Full text loading...
Chapter 3 : Primary Isolation of Viruses
Ebook: Choose a downloadable PDF or ePub file. Chapter is a downloadable PDF file. File must be downloaded within 48 hours of purchase
Despite the increasing availability of viral antigen and nucleic acid tests, culture methods remain important, especially in the hospital setting. This chapter focuses on the isolation methods currently used in routine clinical laboratories. Recent innovations in monolayer cell culture include the use of mixtures of two or three different cell lines and genetically altered cells to enhance sensitivity or facilitate detection of virus infection. The materials needed for the isolation of viruses in cell culture are those necessary for the safe handling and inoculation of cell cultures, maintenance and observation of cell cultures, and preservation and storage of clinical specimens and virus isolates. Virus-induced cytopathic effect (CPE) must be distinguished from nonspecific CPE caused by toxicity of specimens, contamination with bacteria or fungi, or old cells. The rapid diagnosis of viral infections is important in patient management. One of the most significant contributions to rapid diagnosis in the clinical laboratory has been the application of centrifugation cultures to viral diagnosis. To get the best results from primary isolation in cell culture, healthy cell cultures susceptible to a spectrum of viruses are essential. In addition, conventional culture should be used for lower respiratory tract and tissue biopsy samples to detect additional or unsuspected viruses. While molecular methods are essential for optimal detection of viruses in spinal fluid and to monitor viral load in blood, virus isolation continues to play an important role in viral diagnosis and patient management, especially when performed locally.
Examples of characteristic CPE of different viruses. (1) Uninfected RhMK cells; (2) poliovirus CPE in RhMK cells; (3) influenza B virus CPE in RhMK cells; (4) uninfected HEp-2 cells; (5) adenovirus CPE in HEp-2 cells; (6) RSV CPE in HEp-2 cells; (7) uninfected HDFs; (8) rhinovirus CPE in HDFs; (9) CMV CPE in HDFs.
Cell sensitivity and rate of progression of CPE of two herpesviruses: HSV-1 and human CMV (HCMV). (A) Uninfected WI-38 cells; (B) extensive HSV-1 CPE in WI-38 cells, 2 days post-inoculation; (C) CMV in WI-38 cells, 1 week postinoculation; (D) uninfected RK cells; (E) extensive HSV-1 CPE in RK cells, 1 day postinoculation; (F) absence of CMV CPE in RK cells, 2 weeks postinoculation. (Modified from Hsiung et al., 1994.)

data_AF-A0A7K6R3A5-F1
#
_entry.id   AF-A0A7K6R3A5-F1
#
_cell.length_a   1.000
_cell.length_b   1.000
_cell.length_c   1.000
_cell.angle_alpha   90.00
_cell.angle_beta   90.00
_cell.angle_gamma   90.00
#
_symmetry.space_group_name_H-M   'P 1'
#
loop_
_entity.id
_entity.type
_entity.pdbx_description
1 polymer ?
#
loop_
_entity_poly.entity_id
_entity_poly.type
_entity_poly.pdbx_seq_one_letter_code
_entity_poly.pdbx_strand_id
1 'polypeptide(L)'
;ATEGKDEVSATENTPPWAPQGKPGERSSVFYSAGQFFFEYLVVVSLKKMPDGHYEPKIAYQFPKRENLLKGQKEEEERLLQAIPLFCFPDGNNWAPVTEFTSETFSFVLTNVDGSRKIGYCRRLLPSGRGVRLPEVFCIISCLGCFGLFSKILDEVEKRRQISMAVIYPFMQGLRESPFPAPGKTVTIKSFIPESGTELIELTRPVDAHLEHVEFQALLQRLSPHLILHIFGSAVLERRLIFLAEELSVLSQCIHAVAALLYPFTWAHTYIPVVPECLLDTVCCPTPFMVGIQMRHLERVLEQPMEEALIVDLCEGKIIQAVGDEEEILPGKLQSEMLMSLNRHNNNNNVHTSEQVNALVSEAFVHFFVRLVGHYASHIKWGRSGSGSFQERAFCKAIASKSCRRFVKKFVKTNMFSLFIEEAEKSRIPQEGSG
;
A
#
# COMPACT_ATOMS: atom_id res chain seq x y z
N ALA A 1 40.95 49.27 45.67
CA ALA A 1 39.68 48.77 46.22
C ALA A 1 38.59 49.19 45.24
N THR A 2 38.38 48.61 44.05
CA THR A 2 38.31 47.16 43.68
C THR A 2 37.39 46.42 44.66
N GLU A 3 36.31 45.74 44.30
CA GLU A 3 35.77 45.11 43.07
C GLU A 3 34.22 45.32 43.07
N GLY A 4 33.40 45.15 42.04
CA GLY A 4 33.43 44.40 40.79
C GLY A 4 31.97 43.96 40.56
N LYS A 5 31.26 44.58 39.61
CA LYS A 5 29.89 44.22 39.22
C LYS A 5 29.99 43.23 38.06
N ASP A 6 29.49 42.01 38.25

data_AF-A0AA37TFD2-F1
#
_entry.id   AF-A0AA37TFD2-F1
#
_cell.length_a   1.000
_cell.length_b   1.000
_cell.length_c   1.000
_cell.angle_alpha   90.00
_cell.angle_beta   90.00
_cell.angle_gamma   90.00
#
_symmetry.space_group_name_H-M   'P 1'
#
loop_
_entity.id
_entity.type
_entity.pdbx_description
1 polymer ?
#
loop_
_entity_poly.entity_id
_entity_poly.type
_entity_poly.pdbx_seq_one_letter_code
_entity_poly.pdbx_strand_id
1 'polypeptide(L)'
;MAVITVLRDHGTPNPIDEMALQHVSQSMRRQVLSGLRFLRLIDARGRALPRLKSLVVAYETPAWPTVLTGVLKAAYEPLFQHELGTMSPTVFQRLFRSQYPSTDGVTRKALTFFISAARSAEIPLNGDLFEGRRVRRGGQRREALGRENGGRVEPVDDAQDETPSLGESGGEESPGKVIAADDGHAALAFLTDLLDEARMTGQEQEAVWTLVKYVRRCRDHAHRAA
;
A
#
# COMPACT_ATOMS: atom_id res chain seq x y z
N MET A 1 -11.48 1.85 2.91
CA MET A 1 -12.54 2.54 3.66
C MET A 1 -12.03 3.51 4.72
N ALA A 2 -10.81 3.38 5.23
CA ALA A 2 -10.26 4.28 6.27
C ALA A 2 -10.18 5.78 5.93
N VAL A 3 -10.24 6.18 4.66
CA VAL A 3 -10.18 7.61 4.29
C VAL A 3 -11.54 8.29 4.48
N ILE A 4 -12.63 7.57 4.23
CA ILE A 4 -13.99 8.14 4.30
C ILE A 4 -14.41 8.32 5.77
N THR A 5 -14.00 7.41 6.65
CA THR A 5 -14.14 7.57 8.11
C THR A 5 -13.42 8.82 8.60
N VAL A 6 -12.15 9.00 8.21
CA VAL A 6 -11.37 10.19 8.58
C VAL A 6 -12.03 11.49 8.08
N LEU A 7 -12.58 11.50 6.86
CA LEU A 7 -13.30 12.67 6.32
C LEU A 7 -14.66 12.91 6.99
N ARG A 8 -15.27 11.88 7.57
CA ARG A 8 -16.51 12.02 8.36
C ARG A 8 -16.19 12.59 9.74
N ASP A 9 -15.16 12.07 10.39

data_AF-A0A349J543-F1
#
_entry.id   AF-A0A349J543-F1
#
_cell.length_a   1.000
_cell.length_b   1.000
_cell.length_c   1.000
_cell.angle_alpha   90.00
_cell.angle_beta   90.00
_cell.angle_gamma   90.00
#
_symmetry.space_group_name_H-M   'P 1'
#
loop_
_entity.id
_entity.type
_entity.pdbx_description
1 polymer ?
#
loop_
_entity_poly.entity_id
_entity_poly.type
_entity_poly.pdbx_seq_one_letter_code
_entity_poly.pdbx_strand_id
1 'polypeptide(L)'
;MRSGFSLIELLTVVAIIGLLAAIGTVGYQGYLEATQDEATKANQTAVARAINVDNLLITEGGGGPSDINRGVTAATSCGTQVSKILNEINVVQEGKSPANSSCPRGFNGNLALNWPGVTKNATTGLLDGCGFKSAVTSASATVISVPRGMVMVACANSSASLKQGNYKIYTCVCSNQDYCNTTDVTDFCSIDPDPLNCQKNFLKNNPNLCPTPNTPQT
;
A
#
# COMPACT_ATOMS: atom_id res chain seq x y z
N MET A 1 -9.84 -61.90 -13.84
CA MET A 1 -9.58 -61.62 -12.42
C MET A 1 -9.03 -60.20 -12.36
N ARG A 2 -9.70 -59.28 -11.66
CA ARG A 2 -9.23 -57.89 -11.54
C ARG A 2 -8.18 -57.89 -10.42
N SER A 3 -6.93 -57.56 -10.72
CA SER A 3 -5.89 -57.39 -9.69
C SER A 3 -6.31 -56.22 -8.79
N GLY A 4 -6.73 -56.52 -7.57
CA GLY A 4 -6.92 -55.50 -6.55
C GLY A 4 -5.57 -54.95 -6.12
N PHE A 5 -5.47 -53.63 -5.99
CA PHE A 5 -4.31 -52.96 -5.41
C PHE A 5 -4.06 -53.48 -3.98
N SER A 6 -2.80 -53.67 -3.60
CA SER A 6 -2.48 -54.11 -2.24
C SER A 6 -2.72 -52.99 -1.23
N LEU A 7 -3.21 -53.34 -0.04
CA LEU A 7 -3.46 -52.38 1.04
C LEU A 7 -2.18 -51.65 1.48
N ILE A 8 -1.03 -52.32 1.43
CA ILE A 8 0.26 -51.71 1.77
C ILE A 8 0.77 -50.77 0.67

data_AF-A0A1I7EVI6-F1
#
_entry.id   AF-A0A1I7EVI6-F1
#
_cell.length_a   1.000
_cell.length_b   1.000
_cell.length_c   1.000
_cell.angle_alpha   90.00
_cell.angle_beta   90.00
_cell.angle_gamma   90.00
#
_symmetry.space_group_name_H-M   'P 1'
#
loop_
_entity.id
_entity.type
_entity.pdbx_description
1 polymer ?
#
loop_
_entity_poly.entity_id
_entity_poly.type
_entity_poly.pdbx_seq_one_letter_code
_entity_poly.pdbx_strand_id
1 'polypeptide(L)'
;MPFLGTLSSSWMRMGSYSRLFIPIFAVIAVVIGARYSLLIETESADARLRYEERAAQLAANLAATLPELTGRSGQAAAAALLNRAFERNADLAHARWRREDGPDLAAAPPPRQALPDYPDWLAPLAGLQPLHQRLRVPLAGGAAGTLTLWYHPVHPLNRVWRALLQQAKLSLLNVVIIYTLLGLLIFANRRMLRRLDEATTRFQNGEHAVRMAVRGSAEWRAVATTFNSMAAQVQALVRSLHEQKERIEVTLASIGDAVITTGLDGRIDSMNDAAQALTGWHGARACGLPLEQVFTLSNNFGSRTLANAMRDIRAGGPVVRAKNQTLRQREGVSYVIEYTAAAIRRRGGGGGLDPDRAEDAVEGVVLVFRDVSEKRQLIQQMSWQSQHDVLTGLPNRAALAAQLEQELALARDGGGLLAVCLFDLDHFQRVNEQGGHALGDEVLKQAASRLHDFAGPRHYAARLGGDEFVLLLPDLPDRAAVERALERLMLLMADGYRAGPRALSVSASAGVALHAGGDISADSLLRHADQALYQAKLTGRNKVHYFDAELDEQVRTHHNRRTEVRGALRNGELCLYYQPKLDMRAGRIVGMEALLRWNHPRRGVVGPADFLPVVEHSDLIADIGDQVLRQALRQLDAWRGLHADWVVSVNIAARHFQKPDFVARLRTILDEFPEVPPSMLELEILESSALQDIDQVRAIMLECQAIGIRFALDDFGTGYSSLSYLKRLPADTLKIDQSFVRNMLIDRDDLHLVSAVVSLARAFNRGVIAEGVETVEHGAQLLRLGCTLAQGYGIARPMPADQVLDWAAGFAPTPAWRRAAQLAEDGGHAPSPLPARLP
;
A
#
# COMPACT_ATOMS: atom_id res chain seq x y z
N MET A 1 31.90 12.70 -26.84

Differential sensitivity of cell cultures to enteroviruses. (A) Uninfected RhMK cells; (B) poliovirus-infected RhMK cells showing advanced CPE; (C) echovirus-infected RhMK cells showing advanced CPE; (D) uninfected HEp-2 cells; (E) poliovirus-infected HEp-2 cells showing advanced CPE; (F) echovirus-infected HEp-2 cells showing absence of CPE. (Reprinted from Hsiung et al., 1994, with permission of the publisher.)
Hemadsorption of guinea pig RBC by parainfluenza virus in MK cells. (A) Uninfected MK cells; (B) specific hemadsorption in parainfluenza virus-infected MK cells; (C) nonspecific hemadsorption seen with aged RBC in uninfected cell cultures. (Modified from Hsiung et al., 1994.)
Types of cell cultures commonly used in a clinical virology laboratory
Variation in sensitivity of conventional cell cultures to infection by viruses commonly isolated in a clinical virology laboratory
Supplies and equipment needed for isolation of viruses in cell culture
Time to virus detection by conventional and centrifugation culture a
Newer cell culture methods used in clinical laboratories
Cell culture susceptibility for enteroviruses